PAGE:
Behind the Hype
Wednesday, August 6, 1997 by Dave Winer.
At the end of the day -- so many reports on the web about the Apple-Microsoft announcements. Here's my perspective after a day of listening, reading, talking, and parsing. Without a doubt the situation will look different tomorrow and next week.
Mike Markkula is out, and that's historically significant, but doesn't say much about the future. There's an opening for a CEO at Apple, and an implicit offer from Jobs to step aside if the new CEO wants him to. Hats off to Jobs and the new board for having the wisdom to keep the door open for a truly powerful leader for Apple.
The Java deal is sweet for Microsoft and must be a bitter pill for Sun; but don't cry for them, Sun could have easily bought Apple and kept the good stuff, any time in the last two years.
The Netscape attack is overstated. What did Microsoft get here? What does it mean to be the default browser? Windows has this concept, the Mac OS does not. As long as Apple is bundling both browsers, I don't see what the noise is about. Sounds like a publicist's idea. Maybe I'm missing something.
Apple gave up something we can't evaluate because it's secret. They signed a "broad patent cross-licensing agreement," but no specifics were offered. According to sources, Microsoft gave the Office-for-five-years concession to avoid an Apple lawsuit. What was Apple going to sue over?
Were there side-deals? Will Office be bundled? Did Microsoft get source code rights for Apple stuff like QuickTime? Will Visual Basic replace AppleScript? What about Rhapsody? There are a bunch of ex-Next people at Microsoft. They'll know what to ask for.
In the meantime, as the dust settles, the clone issue hasn't been settled. It's pretty clear from announcements this week that Power Computing and Motorola are in position to kick Apple's butt in performance and value. They're starting to ship reasonable $1000 machines. Apple's protests that the cloners haven't pulled their weight is pure noise. They've been driving the platform forward at a higher rate than Apple has.
It seems desperate for Apple to covet the business of the cloners. Apple is dominant in this market. Even if their products were just close to the quality and value of their competitor's products, they should own the whole market because of their brand name and customer loyalty. Apple may need to do a deal with Power or Motorola to stay competitive.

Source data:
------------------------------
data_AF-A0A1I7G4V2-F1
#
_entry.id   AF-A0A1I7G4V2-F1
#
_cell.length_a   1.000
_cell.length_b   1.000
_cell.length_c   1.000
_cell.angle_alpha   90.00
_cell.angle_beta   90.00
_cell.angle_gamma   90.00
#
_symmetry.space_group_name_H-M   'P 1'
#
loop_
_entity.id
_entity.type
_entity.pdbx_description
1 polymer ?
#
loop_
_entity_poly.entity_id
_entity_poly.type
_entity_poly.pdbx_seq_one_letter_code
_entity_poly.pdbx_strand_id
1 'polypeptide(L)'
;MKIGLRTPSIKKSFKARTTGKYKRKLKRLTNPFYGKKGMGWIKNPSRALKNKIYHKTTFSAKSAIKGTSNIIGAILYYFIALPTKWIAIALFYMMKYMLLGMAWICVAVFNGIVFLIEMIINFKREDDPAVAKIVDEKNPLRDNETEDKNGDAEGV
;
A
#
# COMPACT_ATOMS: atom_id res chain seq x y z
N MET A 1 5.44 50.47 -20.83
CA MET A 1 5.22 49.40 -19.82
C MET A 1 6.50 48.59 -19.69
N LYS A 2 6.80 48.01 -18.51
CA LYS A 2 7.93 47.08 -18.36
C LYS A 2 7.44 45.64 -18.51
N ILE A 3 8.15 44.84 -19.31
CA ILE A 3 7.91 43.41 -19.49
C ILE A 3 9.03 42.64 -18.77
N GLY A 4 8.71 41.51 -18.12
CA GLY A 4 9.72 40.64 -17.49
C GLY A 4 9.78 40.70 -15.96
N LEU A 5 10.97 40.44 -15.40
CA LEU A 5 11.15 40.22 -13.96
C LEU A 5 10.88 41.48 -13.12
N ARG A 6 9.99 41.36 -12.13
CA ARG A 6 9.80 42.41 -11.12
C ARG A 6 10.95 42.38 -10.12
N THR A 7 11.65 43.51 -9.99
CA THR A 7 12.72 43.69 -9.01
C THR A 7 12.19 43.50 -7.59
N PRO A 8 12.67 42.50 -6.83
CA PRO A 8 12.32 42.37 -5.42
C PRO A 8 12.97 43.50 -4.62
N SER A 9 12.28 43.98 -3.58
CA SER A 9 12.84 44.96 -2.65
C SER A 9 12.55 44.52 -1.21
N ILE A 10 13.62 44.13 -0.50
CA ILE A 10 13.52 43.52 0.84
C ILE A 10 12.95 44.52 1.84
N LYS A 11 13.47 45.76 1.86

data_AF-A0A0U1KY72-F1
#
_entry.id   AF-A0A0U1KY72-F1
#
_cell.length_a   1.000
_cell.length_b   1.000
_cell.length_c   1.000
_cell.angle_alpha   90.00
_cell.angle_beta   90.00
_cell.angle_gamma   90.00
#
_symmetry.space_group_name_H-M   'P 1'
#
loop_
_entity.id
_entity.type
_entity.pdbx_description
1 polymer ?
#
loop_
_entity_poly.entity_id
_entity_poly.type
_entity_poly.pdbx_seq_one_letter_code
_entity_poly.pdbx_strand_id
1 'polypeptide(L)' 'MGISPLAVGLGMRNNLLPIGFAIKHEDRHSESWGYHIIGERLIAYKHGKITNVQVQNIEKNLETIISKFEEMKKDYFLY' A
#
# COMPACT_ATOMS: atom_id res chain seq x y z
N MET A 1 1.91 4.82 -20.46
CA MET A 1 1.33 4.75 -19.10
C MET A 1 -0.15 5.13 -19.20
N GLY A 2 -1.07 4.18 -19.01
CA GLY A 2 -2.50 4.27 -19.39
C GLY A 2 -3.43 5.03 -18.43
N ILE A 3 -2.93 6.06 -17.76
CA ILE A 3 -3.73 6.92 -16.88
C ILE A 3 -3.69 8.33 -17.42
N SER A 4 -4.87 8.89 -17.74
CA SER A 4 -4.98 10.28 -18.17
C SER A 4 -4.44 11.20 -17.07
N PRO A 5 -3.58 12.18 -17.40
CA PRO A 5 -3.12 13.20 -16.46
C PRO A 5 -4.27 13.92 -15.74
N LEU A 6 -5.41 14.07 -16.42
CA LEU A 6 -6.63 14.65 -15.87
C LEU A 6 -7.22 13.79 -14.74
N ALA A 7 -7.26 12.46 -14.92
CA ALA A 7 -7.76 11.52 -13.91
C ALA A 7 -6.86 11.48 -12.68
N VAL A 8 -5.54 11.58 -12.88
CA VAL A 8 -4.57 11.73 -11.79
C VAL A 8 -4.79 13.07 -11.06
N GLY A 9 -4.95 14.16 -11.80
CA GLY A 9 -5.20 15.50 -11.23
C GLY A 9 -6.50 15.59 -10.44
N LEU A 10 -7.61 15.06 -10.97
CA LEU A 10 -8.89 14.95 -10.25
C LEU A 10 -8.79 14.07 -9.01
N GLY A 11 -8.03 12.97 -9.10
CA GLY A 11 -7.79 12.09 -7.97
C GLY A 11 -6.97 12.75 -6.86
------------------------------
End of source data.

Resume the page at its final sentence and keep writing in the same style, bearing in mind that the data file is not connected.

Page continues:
The Microsoft deal is a noisy one, a headline-grabber for sure. It sets the stage for more announcements -- don't be surprised if Jobs is on stage with someone from Netscape next week, Sun the week after that, then Adobe and of course Oracle and IBM. But honestly I'd prefer to see them on stage with someone from Power Computing, Bare Bones, Quark, Adobe or Connectix. It would mean more to Mac users.
On the other hand, it's good to have Apple back in the middle of things again. Amelio could never sit down at a software industry bargaining table and do something meaningful. Neither could Sculley or Spindler. So this is something new.
And Bill Campbell, a member of the church of win-win, is now on Apple's board. I've had the pleasure of doing business with Bill many times in the past, and hope to work with him in his new capacity as an Apple director.
And there's nothing the press loves more than a story about Apple, and Steve Jobs plays the press so damned well. Even after all the doom and gloom pieces over all the years, Apple is still front page material.
But behind the hype is a failing commercial enterprise, one that's distant from the market it serves. This time around the loop, Apple's arrogance is lashing out at its users and that's a very dangerous place to be.
They're playing a desperate game of chicken, perhaps hoping to sweep the cloning issue aside with noisy announcements. But the issue is still there. The issue is trust. Is Apple telling the truth when they say they are acting in the best interests of the platform? I don't think they are.